|Judge of the United States Foreign Intelligence Surveillance Court|
February 13, 2013
|Appointed by||John Roberts|
|Judge of the United States District Court for the Northern District of Oklahoma|
October 4, 2001
|Appointed by||George W. Bush|
|Preceded by||Thomas Rutherford Brett|
|Magistrate Judge of the United States District Court for the Northern District of Oklahoma|
|Born||1950 (age 64–65)
Bronx, New York
|Alma mater||Trinity Washington University (B.A.)
Fordham University School of Law (J.D.)
Claire Eagan (born 1950) is a district judge for the United States District Court for the Northern District of Oklahoma. She joined the court in 2001 after being nominated by President George W. Bush.
Early life and education
Born in Bronx, New York, Eagan graduated from Trinity Washington University with a bachelor's degree in 1972, and later from Fordham University School of Law with a Juris Doctor degree in 1976. At Fordham, Eagan was a commentary editor of the Fordham Law Review.
Eagan began her legal career working as a law clerk to Allen Edward Barrow of the U.S. District Court for the Northern District of Oklahoma from 1976 to 1978. She was in private practice attorney in Oklahoma from 1978 to 1998. In 2001 Eagan served as a United States magistrate judge for the Northern District of Oklahoma until 2001.
Federal judicial career
On the recommendation of Senators James Inhofe and Don Nickles, Eagan was nominated to the United States District Court for the Northern District of Oklahoma by President George W. Bush on September 4, 2001, to a seat vacated by Thomas Rutherford Brett. Eagan was confirmed by the Senate on October 23, 2001, on a Senate vote and received her commission the next day.
Assignment to FISC
Eagan served as the Chief Judge of the Court from 2005 to 2012. In February 2013 she was appointed to the Foreign Intelligence Surveillance Court (FISC), established in 2001 per the Foreign Intelligence Surveillance Act. Her term runs to May 2019.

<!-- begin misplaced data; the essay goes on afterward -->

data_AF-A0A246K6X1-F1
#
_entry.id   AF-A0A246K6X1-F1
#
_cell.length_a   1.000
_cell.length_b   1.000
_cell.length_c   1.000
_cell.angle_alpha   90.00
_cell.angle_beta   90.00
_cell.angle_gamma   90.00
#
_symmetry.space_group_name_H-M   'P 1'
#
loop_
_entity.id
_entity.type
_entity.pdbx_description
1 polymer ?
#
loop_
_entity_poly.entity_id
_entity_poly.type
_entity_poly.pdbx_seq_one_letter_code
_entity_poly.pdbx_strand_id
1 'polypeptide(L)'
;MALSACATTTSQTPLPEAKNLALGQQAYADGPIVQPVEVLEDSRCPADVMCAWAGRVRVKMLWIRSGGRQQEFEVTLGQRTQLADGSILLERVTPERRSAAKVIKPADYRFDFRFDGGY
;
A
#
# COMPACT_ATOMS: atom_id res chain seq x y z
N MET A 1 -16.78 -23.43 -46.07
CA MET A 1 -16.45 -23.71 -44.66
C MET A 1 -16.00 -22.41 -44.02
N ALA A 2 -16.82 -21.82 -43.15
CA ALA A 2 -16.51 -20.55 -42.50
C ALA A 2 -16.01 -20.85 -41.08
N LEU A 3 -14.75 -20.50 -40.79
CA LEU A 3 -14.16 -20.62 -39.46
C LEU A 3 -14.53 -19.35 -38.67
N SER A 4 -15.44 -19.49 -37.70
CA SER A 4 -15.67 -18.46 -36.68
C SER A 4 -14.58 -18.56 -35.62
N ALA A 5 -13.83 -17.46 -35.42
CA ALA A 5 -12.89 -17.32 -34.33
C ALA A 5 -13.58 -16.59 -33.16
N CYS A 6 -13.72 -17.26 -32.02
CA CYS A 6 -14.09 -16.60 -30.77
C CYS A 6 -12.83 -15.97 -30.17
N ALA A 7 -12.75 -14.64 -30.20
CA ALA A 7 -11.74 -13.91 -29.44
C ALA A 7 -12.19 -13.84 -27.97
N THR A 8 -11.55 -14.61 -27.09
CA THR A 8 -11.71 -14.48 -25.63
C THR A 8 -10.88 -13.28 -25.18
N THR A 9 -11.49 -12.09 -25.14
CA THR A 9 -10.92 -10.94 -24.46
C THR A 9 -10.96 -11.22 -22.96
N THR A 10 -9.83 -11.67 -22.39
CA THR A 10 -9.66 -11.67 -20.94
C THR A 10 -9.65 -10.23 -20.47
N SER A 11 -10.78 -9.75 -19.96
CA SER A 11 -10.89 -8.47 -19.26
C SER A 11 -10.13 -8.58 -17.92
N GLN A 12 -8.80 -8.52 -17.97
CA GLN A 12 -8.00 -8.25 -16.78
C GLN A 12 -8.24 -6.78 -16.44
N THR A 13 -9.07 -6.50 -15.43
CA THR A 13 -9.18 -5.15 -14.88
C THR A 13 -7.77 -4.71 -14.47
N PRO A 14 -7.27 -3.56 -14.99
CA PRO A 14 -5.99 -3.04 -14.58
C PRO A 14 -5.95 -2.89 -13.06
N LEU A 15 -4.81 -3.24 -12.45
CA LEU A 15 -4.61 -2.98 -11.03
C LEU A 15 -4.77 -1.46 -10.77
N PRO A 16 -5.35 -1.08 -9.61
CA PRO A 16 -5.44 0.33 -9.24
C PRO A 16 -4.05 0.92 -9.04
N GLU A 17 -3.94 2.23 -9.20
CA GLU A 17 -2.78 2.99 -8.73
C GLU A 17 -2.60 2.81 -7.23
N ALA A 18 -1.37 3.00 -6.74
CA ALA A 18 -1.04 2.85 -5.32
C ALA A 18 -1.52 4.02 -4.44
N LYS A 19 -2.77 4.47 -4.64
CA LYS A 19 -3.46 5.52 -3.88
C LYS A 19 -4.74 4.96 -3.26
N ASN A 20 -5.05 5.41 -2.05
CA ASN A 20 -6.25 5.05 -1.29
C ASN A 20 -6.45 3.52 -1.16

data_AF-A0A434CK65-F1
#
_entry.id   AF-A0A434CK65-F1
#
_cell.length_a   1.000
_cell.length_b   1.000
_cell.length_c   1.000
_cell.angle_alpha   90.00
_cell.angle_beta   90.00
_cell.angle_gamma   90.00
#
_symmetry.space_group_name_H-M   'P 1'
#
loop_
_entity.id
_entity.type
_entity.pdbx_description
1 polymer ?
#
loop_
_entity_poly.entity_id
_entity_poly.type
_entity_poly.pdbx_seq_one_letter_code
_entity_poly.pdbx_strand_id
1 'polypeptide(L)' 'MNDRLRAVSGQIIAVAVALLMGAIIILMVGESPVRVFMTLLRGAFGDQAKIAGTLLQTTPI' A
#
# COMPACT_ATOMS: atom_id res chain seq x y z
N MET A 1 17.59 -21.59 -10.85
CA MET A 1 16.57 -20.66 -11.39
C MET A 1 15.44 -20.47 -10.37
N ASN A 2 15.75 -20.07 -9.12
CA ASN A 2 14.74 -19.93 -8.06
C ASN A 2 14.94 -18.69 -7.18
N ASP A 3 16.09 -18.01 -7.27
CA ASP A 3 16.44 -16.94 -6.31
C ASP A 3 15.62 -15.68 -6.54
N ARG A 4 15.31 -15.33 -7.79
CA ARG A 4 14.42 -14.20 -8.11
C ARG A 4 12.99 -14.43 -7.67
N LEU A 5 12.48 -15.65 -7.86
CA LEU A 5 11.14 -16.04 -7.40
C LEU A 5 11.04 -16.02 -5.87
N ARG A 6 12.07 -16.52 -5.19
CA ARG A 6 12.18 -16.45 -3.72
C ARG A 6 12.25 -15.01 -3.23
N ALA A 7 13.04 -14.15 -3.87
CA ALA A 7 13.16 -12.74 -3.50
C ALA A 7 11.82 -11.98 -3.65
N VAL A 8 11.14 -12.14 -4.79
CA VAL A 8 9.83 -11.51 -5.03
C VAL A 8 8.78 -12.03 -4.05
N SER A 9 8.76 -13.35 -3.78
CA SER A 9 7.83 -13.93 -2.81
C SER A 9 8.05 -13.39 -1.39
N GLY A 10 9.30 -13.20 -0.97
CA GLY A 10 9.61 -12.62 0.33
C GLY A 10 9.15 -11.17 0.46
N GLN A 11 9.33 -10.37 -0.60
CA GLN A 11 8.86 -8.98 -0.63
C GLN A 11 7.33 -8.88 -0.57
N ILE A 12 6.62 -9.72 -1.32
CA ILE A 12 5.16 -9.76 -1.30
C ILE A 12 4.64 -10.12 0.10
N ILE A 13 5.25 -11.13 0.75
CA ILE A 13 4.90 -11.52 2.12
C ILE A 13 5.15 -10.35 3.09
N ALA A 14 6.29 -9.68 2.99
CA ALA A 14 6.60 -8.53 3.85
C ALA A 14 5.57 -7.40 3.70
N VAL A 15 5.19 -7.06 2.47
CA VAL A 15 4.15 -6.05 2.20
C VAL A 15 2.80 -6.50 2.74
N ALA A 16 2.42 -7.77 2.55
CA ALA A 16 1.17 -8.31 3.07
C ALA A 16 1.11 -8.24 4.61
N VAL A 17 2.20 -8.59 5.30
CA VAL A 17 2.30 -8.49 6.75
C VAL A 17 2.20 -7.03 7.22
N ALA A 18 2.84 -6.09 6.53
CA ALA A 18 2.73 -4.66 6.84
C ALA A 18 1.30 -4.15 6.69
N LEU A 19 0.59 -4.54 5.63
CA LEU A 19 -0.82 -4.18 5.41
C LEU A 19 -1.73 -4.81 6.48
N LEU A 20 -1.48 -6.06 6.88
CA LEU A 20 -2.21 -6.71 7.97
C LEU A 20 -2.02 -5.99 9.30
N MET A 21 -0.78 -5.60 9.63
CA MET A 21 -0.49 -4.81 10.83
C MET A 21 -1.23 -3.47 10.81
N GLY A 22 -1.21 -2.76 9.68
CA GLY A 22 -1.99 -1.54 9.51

She was the author of the August 29, 2013 FISC opinion released on September 17, 2013, explaining that the call metadata collection program was constitutional, and thus "any decision about whether to keep it was a political question, not a legal one". The first FISC opinion written since the Snowden leaks (judges must reauthorize the program every 90 days and generally they are "brief reiterations of the court’s legal analysis"), the lengthy 29-page opinion is thought to have been written "for the purpose of public release". U.S. District Judge Claire Eagan said “metadata that includes phone numbers, time and duration of calls is not protected by the Fourth Amendment, since the content of the calls is not accessed.” In the option, Judge Eagan said “data collection is authorized under Section 215 of the Patriot Act that allows the FBI to issue orders to produce tangible things if there are reasonable grounds to believe the records are relevant to a terrorism investigation.” The option authorized the FBI to “collect the information for probes of "unknown" as well as known terrorists.” She also noted that no U.S. telecommunications company had legally refused to turning over customer metadata, "despite the mechanism for doing so".
- "The Foreign Intelligence Surveillance Court: 2013 Membership". Federation of American Scientists. Retrieved June 9, 2013.
- Weiss, Debra Cassens (September 18, 2013). "Surveillance court releases new opinion upholding NSA collection of phone data". ABA Journal. Retrieved 25 September 2013.
- Savage, Charlie (17 September 2013). "Extended Ruling by Secret Court Backs Collection of Phone Data". New York Times.
- "U.S. FISC Amended Memorandum Opinion". Retrieved 29 August 2013.
- Claire Eagan at the Biographical Directory of Federal Judges, a public domain publication of the Federal Judicial Center.